Announcement

Collapse
No announcement yet.

The Diary—Old Hoax or New?

Collapse
X
 
  • Filter
  • Time
  • Show
Clear All
new posts

  • Originally posted by John G View Post
    Not only that but the expression isn't used again for decades, and only then in a strict techinical sense: it doesn't seem to have entered common usage.

    In 27 years, despite extensive research, no researcher has been able to find any common usage of the expression in the pre Second World War period. And as I've pointed out, hoping that something will turn up id a Mr Micawber approach to the subject.
    I refer you to my post #194.
    Iconoclast
    Soldier of Fortune, Man of Peace, Destroyer of Images, Nice Guy, Genius

    Comment


    • The Oxford English Dictionary, Safire notes, takes this back to a 1934 quotation from the Proceedings of the Institute of British Foundrymen: "A splendid one-off pattern can be swept up in a very little time."

      Almost fifty years after the fake diary. The expression is not found anywhere else, period.
      Regards Darryl

      Comment


      • One off,in that sequence,was a common Victorian expression.Maybe not in the contex it was used in the 'Diary',but could it have been suggestive to whoever wrote the diary?My usage does have a meaning.It refers to a particulat item.One off the top for example.

        Comment


        • Originally posted by Darryl Kenyon View Post
          The Oxford English Dictionary, Safire notes, takes this back to a 1934 quotation from the Proceedings of the Institute of British Foundrymen: "A splendid one-off pattern can be swept up in a very little time."

          Almost fifty years after the fake diary. The expression is not found anywhere else, period.
          Regards Darryl
          I refer you to my post #194.
          Iconoclast
          Soldier of Fortune, Man of Peace, Destroyer of Images, Nice Guy, Genius

          Comment


          • Originally posted by Iconoclast View Post

            The evidence that you knew what Caz meant was not obvious to anyone, unfortunately.

            Those of us who are quite clever understand that what requires evidence is any assertion. The onus does not simply lie on the side that breaks the status quo (for example, "the scrapbook is authentic") but on the side of whoever makes an assertion. Any assertion. That is how argument has proceeded for many a long year now.

            If I assert "There is no God", I have to offer up my reasons for stating so to justify my statement. I don't simply get to negate what to me may be untrue.
            No it really is on those who believe the diary is genuine to prove it. Especially considering the **** and bull story as to how the diary emerged.

            Comment


            • Originally posted by John Wheat View Post

              No it really is on those who believe the diary is genuine to prove it. Especially considering the **** and bull story as to how the diary emerged.
              To be absolutely clear here, if you make any assertion at all, the onus falls on you to demonstrate it. There is a difference between making an assertion and giving an opinion. Thus:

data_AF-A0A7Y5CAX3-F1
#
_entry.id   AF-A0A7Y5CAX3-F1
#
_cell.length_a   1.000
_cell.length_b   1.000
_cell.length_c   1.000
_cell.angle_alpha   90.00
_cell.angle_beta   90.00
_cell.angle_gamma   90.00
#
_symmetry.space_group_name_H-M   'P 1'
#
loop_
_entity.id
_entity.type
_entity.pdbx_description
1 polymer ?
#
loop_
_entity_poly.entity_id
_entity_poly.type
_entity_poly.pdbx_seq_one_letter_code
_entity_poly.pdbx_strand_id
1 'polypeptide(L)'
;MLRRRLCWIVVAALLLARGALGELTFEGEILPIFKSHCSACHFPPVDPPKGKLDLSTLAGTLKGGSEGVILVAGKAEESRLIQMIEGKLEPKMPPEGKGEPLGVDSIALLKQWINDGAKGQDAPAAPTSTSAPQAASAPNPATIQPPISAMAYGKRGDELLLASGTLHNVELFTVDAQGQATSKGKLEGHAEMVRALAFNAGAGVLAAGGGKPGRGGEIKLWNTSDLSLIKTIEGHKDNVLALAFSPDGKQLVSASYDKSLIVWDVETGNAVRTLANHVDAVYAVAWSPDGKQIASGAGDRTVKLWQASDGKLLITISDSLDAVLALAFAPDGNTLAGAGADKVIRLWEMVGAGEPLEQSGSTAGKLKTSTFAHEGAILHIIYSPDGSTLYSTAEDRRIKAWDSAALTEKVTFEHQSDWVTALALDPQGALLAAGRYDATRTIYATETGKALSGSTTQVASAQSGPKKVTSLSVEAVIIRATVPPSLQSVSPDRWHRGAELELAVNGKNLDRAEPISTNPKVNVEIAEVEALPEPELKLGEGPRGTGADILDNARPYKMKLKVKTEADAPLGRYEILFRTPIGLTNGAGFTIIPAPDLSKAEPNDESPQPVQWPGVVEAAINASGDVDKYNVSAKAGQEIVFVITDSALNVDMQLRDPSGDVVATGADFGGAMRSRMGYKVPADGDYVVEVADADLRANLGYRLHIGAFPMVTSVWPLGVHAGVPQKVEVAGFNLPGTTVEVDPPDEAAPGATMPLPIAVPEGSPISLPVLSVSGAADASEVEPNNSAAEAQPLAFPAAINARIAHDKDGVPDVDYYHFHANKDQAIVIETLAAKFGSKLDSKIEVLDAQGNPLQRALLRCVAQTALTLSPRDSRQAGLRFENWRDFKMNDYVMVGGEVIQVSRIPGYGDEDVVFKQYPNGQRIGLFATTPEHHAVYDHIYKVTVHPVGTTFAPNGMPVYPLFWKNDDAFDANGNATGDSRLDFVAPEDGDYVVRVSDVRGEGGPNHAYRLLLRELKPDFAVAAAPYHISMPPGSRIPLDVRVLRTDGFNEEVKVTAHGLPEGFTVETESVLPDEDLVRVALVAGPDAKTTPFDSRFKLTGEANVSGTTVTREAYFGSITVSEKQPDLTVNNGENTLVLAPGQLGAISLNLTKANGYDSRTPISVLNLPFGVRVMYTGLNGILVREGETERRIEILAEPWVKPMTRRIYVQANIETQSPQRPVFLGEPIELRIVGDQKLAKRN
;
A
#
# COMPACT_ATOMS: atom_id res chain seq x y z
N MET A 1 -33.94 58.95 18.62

• "The scrapbook is an obvious hoax" is an assertion which requires evidence to back it up, whereas
              • "The case for the scrapbook being authentic has not yet been supported by the evidence" is an opinion which carries no obligation to defend.
              If you post an opinion, no problem. If you simply make bald assertions, please don't be surprised if you are asked to justify them.

              Your other alternative is to be found at the end of your previous reply on this point.
              Iconoclast
              Soldier of Fortune, Man of Peace, Destroyer of Images, Nice Guy, Genius

              Comment


              • Which reminds me, I'll be having a one beer soon.
                Oooh, you are a one, Mister Flynn!

                Graham
                We are suffering from a plethora of surmise, conjecture and hypothesis. - Sherlock Holmes, The Adventure Of Silver Blaze

                Comment


                • I think that the one off instance debate can only be settled to the satisfaction of the majority with the an injection of cash. David Orsam has provided us with, in my opinion, the strongest point against the diary being genuine. We would all have to agree that an anachronistic phrase would kill it stone dead. We can all give our opinions on the topic but the fact is that, as far as I’m aware, none of us are acknowledged experts in the evolution and usage of language. If I was Robert Smith and I was looking to prove that the diary was genuine my first move would have been to try and knock over the strongest argument against it by commissioning such an expert (or two) To be honest he did himself no favours with his attempt to disprove the point in his previous book. In short, only an expert in the field (or two) could provide us with a conclusive answer in my opinion.
                  Regards

                  Herlock






                  "Crime is common. Logic is rare. Therefore it is upon the logic rather than upon the crime that you should dwell.”

                  Comment


                  • Originally posted by harry View Post
                    One off,in that sequence,was a common Victorian expression.
                    I wouldn't call it common, but it was used to refer to physical objects, typically in a manufacturing context (e.g. a one-off mould for bricks), and this remained the case until well into the 20th Century. It is only in the 20th Century that we start to see it being used to refer to abstract concepts, like "events" and "instances" (which is how it's used in the Diary). As the 20th Century progressed, more and more people would have encountered and adopted the abstract usage, to the extent that by now one hears it used in that manner almost every day. This would not have been the case in the early 20th Century, and almost certainly not in the 19th.
                    Kind regards, Sam Flynn

                    "Suche Nullen" (Nietzsche, Götzendämmerung, 1888)

                    Comment


                    • Originally posted by Iconoclast View Post

                      And we have copies of every written document and letter from 1888 onwards, do we? And each has been carefully reviewed?